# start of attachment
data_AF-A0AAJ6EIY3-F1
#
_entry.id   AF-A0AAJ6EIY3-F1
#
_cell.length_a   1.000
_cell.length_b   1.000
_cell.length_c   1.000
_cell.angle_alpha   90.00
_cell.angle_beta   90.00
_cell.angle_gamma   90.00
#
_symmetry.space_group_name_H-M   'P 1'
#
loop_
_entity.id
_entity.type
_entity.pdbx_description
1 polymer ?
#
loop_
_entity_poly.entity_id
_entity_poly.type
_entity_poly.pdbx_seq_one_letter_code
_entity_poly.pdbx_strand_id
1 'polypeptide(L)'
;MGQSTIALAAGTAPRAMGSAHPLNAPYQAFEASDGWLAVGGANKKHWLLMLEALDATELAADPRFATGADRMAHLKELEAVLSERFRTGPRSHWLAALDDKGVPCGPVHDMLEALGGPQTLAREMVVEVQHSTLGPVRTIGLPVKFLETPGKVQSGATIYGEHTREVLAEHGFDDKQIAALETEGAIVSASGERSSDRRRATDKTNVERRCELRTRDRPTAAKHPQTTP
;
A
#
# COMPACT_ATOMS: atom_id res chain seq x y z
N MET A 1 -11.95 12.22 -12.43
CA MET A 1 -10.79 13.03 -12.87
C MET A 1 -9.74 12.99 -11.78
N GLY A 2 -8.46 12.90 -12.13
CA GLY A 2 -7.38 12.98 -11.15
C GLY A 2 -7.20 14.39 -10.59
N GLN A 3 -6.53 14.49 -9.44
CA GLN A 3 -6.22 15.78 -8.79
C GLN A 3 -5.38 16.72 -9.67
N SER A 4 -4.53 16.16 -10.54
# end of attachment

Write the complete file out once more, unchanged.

data_AF-A0AAJ6EIY3-F1
#
_entry.id   AF-A0AAJ6EIY3-F1
#
_cell.length_a   1.000
_cell.length_b   1.000
_cell.length_c   1.000
_cell.angle_alpha   90.00
_cell.angle_beta   90.00
_cell.angle_gamma   90.00
#
_symmetry.space_group_name_H-M   'P 1'
#
loop_
_entity.id
_entity.type
_entity.pdbx_description
1 polymer ?
#
loop_
_entity_poly.entity_id
_entity_poly.type
_entity_poly.pdbx_seq_one_letter_code
_entity_poly.pdbx_strand_id
1 'polypeptide(L)'
;MGQSTIALAAGTAPRAMGSAHPLNAPYQAFEASDGWLAVGGANKKHWLLMLEALDATELAADPRFATGADRMAHLKELEAVLSERFRTGPRSHWLAALDDKGVPCGPVHDMLEALGGPQTLAREMVVEVQHSTLGPVRTIGLPVKFLETPGKVQSGATIYGEHTREVLAEHGFDDKQIAALETEGAIVSASGERSSDRRRATDKTNVERRCELRTRDRPTAAKHPQTTP
;
A
#
# COMPACT_ATOMS: atom_id res chain seq x y z
N MET A 1 -11.95 12.22 -12.43
CA MET A 1 -10.79 13.03 -12.87
C MET A 1 -9.74 12.99 -11.78
N GLY A 2 -8.46 12.90 -12.13
CA GLY A 2 -7.38 12.98 -11.15
C GLY A 2 -7.20 14.39 -10.59
N GLN A 3 -6.53 14.49 -9.44
CA GLN A 3 -6.22 15.78 -8.79
C GLN A 3 -5.38 16.72 -9.67
N SER A 4 -4.53 16.16 -10.54